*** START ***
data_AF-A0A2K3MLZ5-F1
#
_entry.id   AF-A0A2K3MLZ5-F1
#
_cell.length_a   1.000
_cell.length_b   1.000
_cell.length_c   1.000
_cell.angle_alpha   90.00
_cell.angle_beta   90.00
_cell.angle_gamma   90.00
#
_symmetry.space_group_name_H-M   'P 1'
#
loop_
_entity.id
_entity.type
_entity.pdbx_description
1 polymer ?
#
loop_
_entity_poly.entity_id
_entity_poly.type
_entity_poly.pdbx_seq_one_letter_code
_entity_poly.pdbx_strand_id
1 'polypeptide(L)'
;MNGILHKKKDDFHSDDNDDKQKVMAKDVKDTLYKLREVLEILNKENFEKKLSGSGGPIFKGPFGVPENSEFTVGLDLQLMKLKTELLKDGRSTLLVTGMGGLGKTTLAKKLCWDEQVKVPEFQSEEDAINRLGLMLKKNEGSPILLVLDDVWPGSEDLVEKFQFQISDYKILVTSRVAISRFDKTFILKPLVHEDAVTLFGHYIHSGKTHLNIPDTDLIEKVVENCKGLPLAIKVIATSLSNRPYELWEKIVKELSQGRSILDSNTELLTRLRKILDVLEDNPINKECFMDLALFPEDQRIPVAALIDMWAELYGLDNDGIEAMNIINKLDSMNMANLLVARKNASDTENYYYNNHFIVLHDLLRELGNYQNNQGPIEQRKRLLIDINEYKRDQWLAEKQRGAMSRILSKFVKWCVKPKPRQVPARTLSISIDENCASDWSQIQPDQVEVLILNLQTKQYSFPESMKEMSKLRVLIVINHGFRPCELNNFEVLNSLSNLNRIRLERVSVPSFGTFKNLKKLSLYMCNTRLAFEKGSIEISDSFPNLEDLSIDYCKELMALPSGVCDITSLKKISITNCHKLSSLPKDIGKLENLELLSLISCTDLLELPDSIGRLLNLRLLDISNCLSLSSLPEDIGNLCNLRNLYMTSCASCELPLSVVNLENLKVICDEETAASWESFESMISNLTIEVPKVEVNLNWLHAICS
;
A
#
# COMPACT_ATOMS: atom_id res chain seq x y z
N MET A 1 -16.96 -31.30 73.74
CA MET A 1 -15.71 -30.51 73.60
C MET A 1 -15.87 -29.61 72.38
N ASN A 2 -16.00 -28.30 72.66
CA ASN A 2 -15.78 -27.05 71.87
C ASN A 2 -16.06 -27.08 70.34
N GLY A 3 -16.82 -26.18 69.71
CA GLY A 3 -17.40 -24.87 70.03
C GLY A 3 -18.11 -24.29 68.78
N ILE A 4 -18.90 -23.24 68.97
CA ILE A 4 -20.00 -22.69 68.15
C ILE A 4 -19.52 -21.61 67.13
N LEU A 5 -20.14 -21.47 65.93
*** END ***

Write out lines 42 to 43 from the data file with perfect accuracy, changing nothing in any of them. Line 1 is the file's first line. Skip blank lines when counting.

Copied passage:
C ILE A 4 -19.52 -21.61 67.13
N LEU A 5 -20.14 -21.47 65.93